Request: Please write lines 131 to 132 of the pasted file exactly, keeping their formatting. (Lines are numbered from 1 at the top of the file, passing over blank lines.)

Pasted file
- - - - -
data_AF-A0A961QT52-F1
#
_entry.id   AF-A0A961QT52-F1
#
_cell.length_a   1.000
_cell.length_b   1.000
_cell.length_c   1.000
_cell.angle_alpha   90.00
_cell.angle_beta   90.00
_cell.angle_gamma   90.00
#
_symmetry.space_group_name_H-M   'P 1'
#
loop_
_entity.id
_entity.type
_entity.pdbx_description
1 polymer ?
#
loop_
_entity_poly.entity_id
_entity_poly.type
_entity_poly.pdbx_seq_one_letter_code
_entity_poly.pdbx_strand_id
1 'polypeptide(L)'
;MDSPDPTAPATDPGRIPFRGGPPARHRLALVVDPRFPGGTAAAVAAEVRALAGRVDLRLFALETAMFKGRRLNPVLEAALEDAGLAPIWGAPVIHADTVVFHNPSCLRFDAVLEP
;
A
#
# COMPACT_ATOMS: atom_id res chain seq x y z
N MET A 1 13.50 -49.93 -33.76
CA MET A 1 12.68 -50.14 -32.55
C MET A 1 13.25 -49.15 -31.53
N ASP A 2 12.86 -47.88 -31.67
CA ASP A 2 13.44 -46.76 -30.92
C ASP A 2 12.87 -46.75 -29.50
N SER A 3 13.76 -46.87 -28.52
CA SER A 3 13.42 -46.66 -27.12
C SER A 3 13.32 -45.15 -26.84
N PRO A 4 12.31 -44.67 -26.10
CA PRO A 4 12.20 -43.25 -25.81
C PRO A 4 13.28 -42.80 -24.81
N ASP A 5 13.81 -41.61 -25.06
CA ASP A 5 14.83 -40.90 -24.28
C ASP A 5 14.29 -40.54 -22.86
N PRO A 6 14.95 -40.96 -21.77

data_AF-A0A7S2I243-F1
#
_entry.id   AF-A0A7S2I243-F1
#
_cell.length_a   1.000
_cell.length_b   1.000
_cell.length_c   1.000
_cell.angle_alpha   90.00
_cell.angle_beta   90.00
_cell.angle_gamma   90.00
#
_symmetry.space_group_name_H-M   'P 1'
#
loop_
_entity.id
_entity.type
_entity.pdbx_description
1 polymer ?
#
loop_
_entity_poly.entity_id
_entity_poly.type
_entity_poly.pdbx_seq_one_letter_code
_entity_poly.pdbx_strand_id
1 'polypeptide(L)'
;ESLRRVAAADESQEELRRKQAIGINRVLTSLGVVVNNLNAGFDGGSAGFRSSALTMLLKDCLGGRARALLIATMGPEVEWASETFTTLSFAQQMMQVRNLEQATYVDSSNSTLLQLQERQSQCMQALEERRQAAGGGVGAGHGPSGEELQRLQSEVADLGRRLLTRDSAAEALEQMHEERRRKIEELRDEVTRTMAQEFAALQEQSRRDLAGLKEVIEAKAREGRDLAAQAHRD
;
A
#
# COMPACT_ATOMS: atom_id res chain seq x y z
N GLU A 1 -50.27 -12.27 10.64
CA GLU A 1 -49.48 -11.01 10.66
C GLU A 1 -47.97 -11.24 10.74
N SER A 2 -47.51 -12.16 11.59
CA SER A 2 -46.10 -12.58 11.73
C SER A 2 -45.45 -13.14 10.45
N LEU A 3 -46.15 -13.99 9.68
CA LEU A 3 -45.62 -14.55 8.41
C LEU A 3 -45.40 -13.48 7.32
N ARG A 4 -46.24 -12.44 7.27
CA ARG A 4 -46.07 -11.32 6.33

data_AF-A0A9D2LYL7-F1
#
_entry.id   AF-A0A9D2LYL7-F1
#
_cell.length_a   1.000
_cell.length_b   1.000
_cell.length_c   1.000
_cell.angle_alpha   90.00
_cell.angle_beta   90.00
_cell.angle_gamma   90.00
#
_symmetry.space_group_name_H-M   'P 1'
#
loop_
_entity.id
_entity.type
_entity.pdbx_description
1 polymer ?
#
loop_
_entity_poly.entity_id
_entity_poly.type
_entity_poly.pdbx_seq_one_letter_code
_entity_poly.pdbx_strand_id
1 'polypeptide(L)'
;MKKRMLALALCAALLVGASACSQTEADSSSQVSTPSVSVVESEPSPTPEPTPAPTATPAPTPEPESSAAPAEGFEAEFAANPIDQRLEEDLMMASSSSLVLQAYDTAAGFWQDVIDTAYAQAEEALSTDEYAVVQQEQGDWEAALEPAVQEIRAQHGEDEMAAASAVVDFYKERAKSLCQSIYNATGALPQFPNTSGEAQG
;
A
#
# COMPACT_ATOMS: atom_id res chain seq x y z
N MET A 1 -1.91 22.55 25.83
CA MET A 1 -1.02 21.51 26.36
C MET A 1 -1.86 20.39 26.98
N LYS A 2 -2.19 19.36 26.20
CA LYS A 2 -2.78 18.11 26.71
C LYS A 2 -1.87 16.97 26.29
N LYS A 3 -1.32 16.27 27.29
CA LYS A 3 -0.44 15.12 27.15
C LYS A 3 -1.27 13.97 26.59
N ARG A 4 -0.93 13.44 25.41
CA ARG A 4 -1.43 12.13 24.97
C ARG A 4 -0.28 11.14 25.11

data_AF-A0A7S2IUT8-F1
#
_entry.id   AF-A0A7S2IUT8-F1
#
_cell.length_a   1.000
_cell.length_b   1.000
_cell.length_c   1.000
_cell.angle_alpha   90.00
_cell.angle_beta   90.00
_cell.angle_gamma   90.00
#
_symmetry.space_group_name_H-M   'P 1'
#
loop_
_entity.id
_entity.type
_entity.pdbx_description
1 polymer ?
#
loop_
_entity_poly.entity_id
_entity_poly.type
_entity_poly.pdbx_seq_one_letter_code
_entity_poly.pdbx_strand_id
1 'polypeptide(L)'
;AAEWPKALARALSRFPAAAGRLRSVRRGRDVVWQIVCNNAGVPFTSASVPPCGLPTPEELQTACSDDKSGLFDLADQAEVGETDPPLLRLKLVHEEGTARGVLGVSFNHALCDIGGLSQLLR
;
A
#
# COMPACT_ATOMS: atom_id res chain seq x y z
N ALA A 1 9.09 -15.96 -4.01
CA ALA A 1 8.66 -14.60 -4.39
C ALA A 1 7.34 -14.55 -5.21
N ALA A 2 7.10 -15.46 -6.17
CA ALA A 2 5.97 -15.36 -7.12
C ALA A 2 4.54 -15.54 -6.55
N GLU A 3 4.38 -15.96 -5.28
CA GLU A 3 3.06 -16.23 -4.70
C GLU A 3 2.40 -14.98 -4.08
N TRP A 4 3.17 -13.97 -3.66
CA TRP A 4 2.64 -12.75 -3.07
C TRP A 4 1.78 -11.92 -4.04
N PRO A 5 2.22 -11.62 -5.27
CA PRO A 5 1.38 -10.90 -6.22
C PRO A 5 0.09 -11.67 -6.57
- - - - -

#
_entry.id   AF-A0A7S2IUT8-F1